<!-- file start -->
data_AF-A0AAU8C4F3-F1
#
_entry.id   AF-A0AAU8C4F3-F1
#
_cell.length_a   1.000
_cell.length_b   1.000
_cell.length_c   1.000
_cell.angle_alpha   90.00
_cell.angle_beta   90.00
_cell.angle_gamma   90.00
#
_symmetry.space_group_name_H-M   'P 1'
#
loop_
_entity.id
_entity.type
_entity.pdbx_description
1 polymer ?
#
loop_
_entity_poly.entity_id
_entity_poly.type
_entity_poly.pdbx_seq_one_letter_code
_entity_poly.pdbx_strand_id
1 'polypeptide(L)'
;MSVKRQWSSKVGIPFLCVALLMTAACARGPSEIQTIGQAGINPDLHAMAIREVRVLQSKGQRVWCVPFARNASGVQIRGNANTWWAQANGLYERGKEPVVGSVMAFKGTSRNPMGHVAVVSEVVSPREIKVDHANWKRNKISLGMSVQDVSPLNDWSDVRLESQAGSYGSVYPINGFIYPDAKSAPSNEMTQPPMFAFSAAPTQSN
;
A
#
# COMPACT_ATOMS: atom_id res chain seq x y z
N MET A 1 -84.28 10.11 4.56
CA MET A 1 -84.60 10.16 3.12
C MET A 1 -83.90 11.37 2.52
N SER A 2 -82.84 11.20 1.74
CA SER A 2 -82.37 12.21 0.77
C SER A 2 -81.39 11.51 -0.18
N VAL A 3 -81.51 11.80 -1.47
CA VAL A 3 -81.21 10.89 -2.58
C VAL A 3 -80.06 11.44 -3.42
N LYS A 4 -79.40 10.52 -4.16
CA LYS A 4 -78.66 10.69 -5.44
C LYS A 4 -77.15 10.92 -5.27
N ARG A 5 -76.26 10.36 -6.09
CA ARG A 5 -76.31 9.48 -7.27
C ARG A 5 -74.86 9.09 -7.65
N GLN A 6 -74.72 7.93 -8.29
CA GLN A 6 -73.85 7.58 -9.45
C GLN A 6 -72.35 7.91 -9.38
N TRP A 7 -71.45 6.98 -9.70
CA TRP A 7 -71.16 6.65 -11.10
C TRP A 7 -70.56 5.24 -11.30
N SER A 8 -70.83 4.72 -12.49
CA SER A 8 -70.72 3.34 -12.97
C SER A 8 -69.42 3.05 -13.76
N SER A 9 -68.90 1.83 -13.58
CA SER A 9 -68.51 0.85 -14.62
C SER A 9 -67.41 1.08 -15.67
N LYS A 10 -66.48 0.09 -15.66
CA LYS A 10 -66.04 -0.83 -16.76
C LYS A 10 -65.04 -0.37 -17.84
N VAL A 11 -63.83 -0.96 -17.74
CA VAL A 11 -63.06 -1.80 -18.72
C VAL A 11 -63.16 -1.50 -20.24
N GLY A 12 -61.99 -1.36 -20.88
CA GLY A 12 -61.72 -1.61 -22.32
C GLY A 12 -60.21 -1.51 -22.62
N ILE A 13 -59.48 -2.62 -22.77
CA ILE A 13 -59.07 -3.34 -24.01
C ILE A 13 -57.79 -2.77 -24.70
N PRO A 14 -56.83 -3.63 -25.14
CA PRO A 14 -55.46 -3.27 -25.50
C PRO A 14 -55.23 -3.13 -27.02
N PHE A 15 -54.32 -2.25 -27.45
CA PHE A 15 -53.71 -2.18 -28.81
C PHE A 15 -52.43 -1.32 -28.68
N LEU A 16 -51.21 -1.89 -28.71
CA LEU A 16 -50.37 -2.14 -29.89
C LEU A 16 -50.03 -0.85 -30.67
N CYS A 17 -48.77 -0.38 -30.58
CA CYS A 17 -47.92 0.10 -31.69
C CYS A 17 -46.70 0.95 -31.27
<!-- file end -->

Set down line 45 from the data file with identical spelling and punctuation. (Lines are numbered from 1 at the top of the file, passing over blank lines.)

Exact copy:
C ARG A 5 -74.86 9.09 -7.65